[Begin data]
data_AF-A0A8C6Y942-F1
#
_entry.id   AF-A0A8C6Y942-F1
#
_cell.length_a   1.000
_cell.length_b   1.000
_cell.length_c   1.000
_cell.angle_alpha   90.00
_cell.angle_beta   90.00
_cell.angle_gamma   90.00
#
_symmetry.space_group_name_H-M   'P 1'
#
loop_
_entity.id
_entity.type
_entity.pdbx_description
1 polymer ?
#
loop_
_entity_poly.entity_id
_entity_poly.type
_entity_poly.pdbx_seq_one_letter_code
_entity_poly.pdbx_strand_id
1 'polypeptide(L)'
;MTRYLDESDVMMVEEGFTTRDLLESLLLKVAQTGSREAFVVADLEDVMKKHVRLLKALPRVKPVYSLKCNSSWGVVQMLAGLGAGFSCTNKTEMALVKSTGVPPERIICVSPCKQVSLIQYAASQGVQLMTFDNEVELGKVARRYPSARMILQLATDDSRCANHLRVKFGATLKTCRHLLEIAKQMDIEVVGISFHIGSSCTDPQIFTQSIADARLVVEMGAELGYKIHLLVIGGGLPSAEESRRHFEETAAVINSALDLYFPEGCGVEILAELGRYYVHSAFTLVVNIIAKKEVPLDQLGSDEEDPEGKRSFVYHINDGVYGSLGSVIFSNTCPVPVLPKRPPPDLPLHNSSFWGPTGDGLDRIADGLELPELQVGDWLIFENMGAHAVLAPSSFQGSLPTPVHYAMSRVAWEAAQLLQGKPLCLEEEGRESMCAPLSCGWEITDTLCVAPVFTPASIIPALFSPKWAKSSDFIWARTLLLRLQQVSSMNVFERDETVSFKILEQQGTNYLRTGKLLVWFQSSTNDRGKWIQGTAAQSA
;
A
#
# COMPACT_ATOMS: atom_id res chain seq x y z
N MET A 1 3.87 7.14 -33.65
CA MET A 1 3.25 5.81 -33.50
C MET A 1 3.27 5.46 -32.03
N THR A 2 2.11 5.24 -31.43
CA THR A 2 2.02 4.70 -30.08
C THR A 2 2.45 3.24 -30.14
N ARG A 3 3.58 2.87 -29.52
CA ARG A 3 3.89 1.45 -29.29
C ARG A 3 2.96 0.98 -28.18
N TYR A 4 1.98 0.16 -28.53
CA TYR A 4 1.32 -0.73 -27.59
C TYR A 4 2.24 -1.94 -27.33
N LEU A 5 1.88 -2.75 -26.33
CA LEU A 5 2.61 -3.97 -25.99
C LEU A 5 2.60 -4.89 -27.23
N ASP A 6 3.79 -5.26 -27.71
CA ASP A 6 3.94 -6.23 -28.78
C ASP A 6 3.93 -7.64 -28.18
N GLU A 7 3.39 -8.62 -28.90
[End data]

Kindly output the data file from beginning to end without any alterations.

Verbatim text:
data_AF-A0A8C6Y942-F1
#
_entry.id   AF-A0A8C6Y942-F1
#
_cell.length_a   1.000
_cell.length_b   1.000
_cell.length_c   1.000
_cell.angle_alpha   90.00
_cell.angle_beta   90.00
_cell.angle_gamma   90.00
#
_symmetry.space_group_name_H-M   'P 1'
#
loop_
_entity.id
_entity.type
_entity.pdbx_description
1 polymer ?
#
loop_
_entity_poly.entity_id
_entity_poly.type
_entity_poly.pdbx_seq_one_letter_code
_entity_poly.pdbx_strand_id
1 'polypeptide(L)'
;MTRYLDESDVMMVEEGFTTRDLLESLLLKVAQTGSREAFVVADLEDVMKKHVRLLKALPRVKPVYSLKCNSSWGVVQMLAGLGAGFSCTNKTEMALVKSTGVPPERIICVSPCKQVSLIQYAASQGVQLMTFDNEVELGKVARRYPSARMILQLATDDSRCANHLRVKFGATLKTCRHLLEIAKQMDIEVVGISFHIGSSCTDPQIFTQSIADARLVVEMGAELGYKIHLLVIGGGLPSAEESRRHFEETAAVINSALDLYFPEGCGVEILAELGRYYVHSAFTLVVNIIAKKEVPLDQLGSDEEDPEGKRSFVYHINDGVYGSLGSVIFSNTCPVPVLPKRPPPDLPLHNSSFWGPTGDGLDRIADGLELPELQVGDWLIFENMGAHAVLAPSSFQGSLPTPVHYAMSRVAWEAAQLLQGKPLCLEEEGRESMCAPLSCGWEITDTLCVAPVFTPASIIPALFSPKWAKSSDFIWARTLLLRLQQVSSMNVFERDETVSFKILEQQGTNYLRTGKLLVWFQSSTNDRGKWIQGTAAQSA
;
A
#
# COMPACT_ATOMS: atom_id res chain seq x y z
N MET A 1 3.87 7.14 -33.65
CA MET A 1 3.25 5.81 -33.50
C MET A 1 3.27 5.46 -32.03
N THR A 2 2.11 5.24 -31.43
CA THR A 2 2.02 4.70 -30.08
C THR A 2 2.45 3.24 -30.14
N ARG A 3 3.58 2.87 -29.52
CA ARG A 3 3.89 1.45 -29.29
C ARG A 3 2.96 0.98 -28.18
N TYR A 4 1.98 0.16 -28.53
CA TYR A 4 1.32 -0.73 -27.59
C TYR A 4 2.24 -1.94 -27.33
N LEU A 5 1.88 -2.75 -26.33
CA LEU A 5 2.61 -3.97 -25.99
C LEU A 5 2.60 -4.89 -27.23
N ASP A 6 3.79 -5.26 -27.71
CA ASP A 6 3.94 -6.23 -28.78
C ASP A 6 3.93 -7.64 -28.18
N GLU A 7 3.39 -8.62 -28.90